He was born in Cooksville, Tennessee, and Eddie’s family, like many Southerners, moved to Detroit during a period a growth in automobile manufacturing. As a youngster during the 1930s and 40s, he took up guitar and singing, and idolized musical giants such as Hank Penny, Milton Brown, Bob Wills and Tommy Duncan (he even met Wills and Duncan in Stockton, CA, while Eddie served with the Navy during WWII). Upon his honorable discharge by Uncle Sam in 1947, Jackson returned to Detroit, and was offered to lead a band the same night he arrived ! From then on, Eddie Jackson and his various combos were crowd-pleasers at shows all over Michigan, parts of Ohio, and Ontario. Around 1950, Eddie’s first group, the Melody Riders, cut a record in Detroit. The song « I’m willing to forget » was his first composition (Fortune 134).
(Accompanying the Riders was Hal Clark on guitar, who later changed his name to Hal Southern and co-wrote « I dreamed of a hillbilly heaven ».) Hal Clark sang his comp on the flip « New set of blues« . As the scene got cooking, Jackson’s band started sizzling, and they found
Hal Clark (Fortune 146) « I don’t mean a thing to you »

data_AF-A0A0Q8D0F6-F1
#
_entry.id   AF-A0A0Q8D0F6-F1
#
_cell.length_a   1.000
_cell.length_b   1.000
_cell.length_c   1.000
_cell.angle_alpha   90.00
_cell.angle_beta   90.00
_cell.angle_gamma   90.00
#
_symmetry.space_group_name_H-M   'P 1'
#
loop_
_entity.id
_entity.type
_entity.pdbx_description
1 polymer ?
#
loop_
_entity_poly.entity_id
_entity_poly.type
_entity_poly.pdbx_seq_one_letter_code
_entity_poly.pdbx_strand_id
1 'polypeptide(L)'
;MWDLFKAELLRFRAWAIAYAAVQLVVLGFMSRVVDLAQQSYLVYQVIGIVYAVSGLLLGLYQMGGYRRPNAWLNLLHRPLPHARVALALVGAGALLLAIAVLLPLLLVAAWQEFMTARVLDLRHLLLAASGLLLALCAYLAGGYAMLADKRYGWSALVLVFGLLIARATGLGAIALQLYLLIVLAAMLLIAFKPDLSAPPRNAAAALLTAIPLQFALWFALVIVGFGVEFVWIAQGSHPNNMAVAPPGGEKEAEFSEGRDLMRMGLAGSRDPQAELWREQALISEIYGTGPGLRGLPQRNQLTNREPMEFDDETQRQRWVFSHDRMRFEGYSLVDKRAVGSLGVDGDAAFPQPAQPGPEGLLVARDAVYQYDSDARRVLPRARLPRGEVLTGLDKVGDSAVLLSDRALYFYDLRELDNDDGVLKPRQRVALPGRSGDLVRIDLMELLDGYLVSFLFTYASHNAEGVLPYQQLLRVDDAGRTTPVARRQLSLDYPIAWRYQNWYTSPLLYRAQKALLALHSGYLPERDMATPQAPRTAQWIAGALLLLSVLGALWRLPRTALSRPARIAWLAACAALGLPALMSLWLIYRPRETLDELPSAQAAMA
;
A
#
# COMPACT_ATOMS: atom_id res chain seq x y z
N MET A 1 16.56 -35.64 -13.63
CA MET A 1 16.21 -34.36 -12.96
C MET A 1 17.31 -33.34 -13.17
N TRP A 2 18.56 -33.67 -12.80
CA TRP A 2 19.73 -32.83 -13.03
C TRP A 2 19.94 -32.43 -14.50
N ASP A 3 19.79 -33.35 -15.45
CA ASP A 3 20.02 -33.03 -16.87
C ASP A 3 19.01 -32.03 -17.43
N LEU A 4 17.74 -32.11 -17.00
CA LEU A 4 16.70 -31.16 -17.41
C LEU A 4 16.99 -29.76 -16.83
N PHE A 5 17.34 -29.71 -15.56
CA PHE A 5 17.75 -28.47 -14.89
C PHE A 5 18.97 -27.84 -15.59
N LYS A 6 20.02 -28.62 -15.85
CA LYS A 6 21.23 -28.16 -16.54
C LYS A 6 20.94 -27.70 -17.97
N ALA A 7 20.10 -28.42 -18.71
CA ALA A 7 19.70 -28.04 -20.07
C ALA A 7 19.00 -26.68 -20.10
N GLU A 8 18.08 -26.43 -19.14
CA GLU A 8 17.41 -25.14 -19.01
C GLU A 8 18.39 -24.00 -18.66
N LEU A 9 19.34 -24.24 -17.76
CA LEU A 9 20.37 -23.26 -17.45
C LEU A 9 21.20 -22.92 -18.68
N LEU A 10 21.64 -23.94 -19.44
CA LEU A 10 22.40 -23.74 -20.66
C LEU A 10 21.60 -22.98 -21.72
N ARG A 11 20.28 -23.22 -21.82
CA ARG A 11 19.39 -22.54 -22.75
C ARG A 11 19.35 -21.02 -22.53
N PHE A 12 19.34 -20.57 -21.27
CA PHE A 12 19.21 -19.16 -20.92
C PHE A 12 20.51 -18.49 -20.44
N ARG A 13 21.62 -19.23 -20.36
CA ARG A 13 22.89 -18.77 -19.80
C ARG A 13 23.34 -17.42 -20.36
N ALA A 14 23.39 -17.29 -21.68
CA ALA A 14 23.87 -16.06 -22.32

themselves booked nightly. Ted’s 10-Hi Bar, on the east side, was the sight of Detroit’s first C&W Jamboree, as hosted by Eddie Jackson and his Cowboy Swingsters (including Tracey White on guitar, and ‘Smitty’ Smith on bass). For several months, the trio performed 15-minutes radio broadcasts from WMLN-FM in Mount Clemens.Eddie Jackson also led a country music variety show, « The Michigan Barn Dance » on Detroit NBC affiliate Channel Four TV, during the early 1950’s.
« Baby doll »(first version)
« Baby doll »(second version) (Shelby 297) and « Please don’t cry » were recorded after that, and through the 1950’s the Swingsters played regular shows at a nightclub called the Caravan Gardens.
« Baby doll«
Eddie Jackson solidified the band’s line-up with Joe Magic on bass & drums (played at the same time!), ‘Uncle’ Jimmy Knuckles on piano, and Tracey White on take off guitar. This group attracted big crowds, as well as popular country singers like Webb Pierce, Jean Shepard, Lefty Frizzell, Red Foley & many other top artists who often stopped in to perform songs with the Swingtsters ! Jackson also had his own program on Royal Oak radio station WEXL-AM, where he spun records and sometimes broadcast from the Caravan. In 1959 the Swingsters cut their most popular record record in Detroit : « I’m learning » backed with the rocker « Blues I can’t hide »(Caravan 101). Even though Jackson says he preferred « Blues… », the ballad « I’m learning » went through the roof of WEXL’s country & western charts. As a result, Eddie was able to pay cash for a new ’59 Cadillac with a convertible top !
Eddie cruised down to Nashville and recorded two more singles, including « You put it there » (Caravan 1004), a song from his last session in a recording studio. By the late 1960’s he quit performing regularly, in favor a starting a successful business. Knuckles, White and others have since passed on. But whenever Eddie Jackson sings and entertain people, the crowd’s humor rises, and sparks fly.